The Court would not resolve the factual question as to whether the funds tendered to the sheriff were “good” funds on the date presented. It left that issue to be determined by the lower court. It did, however, address the mortgagee’s contention that turning over “sufficient funds to the sheriff was not the proper mode of redeeming property.” The mortgagee referred to no legal authority for that proposition other than a learned treatise, where it was stated that the “‘proper procedure to be used for a redemption’ after the sheriff’s sale ‘is to deposit the full judgment amount, with interest, taxed costs and sheriff’s fees with the clerk of the court, and to proceed before the vicinage chancery judge… .” The Court found it noteworthy that the treatise spoke only of the “proper procedure, not a legally mandated procedure.” This was emphasized in the treatise by the following text: “Redemption should not be made to the sheriff after the sale. However, if the full judgment amount, interest, taxed costs and sheriff’s fees are tendered to the sheriff after sale and accepted by the sheriff, redemption in this instance would not be erroneous.” According to the Court, because the right of redemption is an equitable remedy, it would be inappropriate “to bar redemption because the mortgagor did not exercise the alleged preferred method of depositing the money with the clerk of the court.”

Before the foreclosure took place, the borrower and lender entered into a consent order wherein the borrower agreed to dismiss its defenses and its appeal and not to apply for “any stay [of] relief from [the] foreclosure judgment of any nature or kind including but not limited to a postponement of any foreclosure sale other than as agreed to herein, and/or challenging the manner in which the foreclosure sale was conducted… and/or to extend the statutory time period for [mortgagor] to redeem its property subsequent to a foreclosure sale.” The Court interpreted this agreement, holding that the consent order did not “support a contention that the mortgagor was thereby precluded from redeeming the property in accordance with our court rules or even from objecting to a later sheriff’s sale, but only from seeking a stay of a future sheriff’s sale or a stay pending appeal.” Further, no stay had been sought and no postponement was requested. The challenge to the sale was not made based on “the manner” in which it was conducted. It was about the purchase price obtained. This was not an attempt “to extend the time for redemption; rather, the mortgagor [was] attempting to redeem within the time period permitted” by the court rules for redemption. Even though this tactic had the effect of stretching the time for redemption, it was not seen as an attempt by the mortgagor to “extend” its right beyond the scope of the court rule.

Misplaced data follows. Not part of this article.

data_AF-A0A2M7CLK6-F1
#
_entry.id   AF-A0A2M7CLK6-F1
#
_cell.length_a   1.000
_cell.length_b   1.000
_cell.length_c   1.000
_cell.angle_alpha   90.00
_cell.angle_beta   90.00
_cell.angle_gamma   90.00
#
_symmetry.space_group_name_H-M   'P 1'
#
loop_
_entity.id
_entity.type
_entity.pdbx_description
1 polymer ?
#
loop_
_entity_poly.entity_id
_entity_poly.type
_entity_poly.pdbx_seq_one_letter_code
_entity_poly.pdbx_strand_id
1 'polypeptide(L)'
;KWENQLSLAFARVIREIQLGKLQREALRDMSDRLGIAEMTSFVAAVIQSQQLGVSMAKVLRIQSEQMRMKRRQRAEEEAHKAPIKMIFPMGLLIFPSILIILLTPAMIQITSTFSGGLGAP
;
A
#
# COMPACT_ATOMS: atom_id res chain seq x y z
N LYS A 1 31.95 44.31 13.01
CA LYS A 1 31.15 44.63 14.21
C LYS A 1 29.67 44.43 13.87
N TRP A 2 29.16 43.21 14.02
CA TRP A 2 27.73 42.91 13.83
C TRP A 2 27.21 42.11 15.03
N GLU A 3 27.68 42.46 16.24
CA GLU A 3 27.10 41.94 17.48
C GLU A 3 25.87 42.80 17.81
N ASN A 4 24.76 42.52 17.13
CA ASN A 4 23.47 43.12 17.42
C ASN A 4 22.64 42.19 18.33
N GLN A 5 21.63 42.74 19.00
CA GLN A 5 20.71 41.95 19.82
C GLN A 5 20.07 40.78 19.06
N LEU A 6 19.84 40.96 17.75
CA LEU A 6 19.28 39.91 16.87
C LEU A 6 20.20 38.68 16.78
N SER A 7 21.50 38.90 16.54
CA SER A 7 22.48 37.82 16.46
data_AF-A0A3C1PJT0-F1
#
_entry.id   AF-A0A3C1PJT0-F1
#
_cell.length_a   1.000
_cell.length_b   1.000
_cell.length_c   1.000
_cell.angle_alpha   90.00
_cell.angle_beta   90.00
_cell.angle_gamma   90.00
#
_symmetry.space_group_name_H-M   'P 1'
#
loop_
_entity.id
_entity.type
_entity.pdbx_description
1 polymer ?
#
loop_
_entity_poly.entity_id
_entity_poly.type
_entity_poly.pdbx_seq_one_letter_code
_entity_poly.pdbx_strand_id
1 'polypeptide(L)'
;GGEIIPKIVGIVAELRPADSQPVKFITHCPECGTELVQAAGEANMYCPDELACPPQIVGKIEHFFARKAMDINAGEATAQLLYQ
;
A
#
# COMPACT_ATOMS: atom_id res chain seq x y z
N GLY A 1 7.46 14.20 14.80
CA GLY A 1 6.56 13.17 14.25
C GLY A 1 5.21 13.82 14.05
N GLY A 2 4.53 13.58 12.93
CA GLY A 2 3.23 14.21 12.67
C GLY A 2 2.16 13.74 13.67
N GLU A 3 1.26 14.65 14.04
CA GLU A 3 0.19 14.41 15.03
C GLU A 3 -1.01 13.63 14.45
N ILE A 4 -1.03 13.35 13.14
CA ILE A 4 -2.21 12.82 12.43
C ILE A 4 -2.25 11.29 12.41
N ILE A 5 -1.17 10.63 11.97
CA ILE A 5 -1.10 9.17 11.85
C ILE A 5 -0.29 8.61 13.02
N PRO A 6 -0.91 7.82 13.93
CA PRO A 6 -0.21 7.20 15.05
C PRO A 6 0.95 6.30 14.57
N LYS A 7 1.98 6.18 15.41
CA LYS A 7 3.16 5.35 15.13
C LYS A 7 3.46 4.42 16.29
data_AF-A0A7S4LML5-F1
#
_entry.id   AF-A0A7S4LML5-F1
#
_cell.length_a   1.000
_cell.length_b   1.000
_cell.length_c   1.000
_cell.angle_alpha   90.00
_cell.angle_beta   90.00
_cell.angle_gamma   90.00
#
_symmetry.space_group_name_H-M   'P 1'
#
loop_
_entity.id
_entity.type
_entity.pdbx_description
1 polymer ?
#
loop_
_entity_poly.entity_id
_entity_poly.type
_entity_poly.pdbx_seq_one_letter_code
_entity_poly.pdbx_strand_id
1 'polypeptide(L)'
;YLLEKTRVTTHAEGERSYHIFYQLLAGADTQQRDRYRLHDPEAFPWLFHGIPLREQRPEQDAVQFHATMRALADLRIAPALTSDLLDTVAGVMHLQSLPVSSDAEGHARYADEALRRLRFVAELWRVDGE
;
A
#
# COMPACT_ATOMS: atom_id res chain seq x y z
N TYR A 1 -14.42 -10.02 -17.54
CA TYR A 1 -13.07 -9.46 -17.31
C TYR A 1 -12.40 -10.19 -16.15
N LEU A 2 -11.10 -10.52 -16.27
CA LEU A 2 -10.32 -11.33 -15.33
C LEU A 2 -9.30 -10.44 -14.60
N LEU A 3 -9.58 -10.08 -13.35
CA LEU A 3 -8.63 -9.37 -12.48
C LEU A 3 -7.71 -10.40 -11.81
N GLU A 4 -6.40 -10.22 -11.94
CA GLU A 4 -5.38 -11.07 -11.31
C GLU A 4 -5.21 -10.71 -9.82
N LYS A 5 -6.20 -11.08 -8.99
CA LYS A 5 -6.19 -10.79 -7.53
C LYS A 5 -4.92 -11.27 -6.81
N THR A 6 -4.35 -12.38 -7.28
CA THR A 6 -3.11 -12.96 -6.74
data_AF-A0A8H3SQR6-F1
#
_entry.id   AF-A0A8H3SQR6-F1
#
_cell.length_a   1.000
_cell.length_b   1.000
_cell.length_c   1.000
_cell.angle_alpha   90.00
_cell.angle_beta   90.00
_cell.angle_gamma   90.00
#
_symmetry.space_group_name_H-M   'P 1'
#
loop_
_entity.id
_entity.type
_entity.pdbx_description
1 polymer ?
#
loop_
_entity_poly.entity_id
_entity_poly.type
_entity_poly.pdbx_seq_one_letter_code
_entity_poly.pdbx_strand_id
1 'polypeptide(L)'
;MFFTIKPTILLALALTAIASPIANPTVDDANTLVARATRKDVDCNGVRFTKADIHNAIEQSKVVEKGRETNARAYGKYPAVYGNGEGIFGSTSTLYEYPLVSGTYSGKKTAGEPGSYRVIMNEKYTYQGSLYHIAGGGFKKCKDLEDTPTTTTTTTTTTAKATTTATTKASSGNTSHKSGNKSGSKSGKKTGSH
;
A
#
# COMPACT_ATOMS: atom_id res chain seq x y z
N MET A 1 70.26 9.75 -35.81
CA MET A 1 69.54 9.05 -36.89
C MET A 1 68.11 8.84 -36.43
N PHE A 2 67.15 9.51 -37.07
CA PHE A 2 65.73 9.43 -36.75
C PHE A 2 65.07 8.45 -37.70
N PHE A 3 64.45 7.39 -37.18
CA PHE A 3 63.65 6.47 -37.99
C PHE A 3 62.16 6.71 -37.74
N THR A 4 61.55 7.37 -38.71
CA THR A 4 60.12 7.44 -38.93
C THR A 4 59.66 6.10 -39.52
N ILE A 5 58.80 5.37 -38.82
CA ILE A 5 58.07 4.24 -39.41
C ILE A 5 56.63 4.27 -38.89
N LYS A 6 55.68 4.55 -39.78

By reason of its analysis, the Court remanded the matter to the lower court to determine whether the mortgagor had tendered good and sufficient funds.